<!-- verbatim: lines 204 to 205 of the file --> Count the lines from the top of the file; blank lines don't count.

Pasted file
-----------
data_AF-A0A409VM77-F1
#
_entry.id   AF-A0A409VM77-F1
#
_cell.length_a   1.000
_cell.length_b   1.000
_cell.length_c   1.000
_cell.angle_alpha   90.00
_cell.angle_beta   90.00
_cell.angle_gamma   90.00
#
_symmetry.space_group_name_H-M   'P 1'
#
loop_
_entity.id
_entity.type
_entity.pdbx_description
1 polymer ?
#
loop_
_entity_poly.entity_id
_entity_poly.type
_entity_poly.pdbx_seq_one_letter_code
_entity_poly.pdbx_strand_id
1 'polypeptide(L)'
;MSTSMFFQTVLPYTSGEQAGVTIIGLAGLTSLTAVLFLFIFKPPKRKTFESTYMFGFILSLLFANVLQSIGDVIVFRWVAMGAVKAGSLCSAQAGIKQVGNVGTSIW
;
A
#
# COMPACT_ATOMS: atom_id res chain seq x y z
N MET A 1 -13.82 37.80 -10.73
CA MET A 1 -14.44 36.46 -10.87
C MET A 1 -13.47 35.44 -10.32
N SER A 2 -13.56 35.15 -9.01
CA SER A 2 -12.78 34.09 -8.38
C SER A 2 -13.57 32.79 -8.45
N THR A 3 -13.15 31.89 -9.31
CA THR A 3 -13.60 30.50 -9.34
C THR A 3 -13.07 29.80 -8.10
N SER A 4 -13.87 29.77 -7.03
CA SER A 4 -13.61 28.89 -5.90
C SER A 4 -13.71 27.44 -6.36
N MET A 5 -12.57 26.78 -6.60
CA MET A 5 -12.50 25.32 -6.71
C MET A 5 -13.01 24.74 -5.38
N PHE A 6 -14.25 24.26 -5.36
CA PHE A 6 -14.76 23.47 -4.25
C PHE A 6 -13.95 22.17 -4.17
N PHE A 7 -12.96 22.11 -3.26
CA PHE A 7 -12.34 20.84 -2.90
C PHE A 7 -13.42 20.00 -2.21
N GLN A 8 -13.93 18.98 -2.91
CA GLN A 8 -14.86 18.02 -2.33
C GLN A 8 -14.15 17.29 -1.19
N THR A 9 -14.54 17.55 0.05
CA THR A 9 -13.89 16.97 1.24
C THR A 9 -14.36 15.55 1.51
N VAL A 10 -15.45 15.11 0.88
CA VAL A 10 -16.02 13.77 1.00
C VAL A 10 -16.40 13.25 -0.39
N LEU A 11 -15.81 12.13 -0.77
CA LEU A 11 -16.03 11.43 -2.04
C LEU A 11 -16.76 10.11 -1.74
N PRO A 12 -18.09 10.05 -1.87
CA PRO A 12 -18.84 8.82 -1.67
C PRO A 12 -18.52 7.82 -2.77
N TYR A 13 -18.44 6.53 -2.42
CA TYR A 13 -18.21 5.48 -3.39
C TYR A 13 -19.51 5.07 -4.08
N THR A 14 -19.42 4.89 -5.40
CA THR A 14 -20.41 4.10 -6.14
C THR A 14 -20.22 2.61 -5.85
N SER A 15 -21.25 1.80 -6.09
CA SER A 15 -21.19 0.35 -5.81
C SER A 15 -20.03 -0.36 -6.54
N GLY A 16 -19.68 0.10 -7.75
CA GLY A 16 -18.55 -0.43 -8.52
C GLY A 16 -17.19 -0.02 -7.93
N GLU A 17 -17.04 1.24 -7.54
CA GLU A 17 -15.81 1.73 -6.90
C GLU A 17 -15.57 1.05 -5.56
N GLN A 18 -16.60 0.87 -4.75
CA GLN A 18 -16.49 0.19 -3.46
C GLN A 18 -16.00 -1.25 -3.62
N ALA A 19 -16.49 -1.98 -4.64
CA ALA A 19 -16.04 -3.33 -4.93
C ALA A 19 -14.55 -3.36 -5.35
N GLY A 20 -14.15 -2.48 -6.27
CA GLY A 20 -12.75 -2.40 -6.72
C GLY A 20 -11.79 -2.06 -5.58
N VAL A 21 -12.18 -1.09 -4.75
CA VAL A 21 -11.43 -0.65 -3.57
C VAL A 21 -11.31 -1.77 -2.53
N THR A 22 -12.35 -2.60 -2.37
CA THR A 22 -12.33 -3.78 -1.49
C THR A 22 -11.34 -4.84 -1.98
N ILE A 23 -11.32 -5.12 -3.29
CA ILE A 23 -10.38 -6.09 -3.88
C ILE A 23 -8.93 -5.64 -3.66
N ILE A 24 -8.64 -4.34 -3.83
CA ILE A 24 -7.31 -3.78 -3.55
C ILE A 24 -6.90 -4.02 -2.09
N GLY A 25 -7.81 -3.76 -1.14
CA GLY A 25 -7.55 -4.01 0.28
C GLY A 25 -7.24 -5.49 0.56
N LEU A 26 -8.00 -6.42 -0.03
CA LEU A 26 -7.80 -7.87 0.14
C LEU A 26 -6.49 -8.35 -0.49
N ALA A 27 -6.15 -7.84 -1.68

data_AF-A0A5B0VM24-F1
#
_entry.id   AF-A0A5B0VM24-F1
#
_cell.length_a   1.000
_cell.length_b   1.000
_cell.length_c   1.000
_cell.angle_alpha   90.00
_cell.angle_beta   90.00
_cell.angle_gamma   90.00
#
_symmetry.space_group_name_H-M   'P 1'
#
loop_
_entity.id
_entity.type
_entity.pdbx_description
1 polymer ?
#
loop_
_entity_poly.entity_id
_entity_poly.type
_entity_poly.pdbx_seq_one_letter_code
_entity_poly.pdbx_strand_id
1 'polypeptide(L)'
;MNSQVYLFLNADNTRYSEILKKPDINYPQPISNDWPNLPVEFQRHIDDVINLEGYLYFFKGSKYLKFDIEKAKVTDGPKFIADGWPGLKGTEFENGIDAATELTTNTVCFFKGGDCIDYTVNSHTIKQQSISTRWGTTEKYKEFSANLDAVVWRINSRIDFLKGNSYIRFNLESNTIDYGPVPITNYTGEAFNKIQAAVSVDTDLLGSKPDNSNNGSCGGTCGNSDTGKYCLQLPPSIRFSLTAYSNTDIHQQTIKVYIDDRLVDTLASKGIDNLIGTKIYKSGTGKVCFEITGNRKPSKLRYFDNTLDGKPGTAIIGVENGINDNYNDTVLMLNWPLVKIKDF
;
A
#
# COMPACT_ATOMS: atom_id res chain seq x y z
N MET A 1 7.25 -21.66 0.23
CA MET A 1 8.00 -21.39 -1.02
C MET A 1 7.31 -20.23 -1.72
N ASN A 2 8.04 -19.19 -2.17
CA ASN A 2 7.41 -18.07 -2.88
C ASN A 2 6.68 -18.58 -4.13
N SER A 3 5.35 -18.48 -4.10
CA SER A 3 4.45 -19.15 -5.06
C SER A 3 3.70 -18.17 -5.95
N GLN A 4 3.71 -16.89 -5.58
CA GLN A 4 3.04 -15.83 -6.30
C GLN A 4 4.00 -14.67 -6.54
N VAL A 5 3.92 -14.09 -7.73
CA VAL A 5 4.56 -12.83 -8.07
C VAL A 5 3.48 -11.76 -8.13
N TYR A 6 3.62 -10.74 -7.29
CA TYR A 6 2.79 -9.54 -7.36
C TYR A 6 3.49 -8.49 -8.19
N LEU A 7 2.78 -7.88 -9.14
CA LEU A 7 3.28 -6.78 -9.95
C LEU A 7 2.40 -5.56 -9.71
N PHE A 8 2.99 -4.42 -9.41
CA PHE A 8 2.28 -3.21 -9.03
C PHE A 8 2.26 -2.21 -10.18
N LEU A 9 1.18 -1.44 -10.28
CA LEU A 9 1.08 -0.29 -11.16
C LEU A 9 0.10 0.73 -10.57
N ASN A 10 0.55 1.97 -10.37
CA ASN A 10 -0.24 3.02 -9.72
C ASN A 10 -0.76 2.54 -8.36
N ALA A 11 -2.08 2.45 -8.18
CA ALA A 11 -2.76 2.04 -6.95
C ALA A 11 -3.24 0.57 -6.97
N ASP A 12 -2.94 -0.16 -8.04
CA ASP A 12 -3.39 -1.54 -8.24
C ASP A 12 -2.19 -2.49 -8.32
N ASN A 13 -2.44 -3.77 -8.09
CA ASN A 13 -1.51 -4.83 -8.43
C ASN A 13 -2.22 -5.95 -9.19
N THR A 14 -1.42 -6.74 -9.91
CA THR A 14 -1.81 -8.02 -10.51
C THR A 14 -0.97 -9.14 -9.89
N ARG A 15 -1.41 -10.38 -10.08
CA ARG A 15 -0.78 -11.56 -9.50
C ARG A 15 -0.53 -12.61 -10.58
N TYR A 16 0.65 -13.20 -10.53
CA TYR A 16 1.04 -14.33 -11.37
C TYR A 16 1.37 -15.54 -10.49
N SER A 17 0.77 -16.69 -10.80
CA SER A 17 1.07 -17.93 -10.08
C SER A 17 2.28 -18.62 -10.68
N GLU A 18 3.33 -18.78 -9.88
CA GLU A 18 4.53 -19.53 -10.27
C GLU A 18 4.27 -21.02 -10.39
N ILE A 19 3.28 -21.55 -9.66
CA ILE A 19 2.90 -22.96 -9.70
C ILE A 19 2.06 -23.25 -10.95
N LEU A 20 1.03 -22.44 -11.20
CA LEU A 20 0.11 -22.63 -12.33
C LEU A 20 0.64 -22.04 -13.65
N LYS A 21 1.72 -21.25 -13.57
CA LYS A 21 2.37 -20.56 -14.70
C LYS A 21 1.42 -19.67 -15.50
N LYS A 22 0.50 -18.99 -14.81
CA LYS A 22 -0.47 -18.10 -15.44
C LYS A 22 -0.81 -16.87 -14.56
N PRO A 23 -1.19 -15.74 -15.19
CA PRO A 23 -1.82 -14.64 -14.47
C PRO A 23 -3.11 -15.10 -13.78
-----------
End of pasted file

CA LYS A 22 -0.47 -18.10 -15.44
C LYS A 22 -0.81 -16.87 -14.56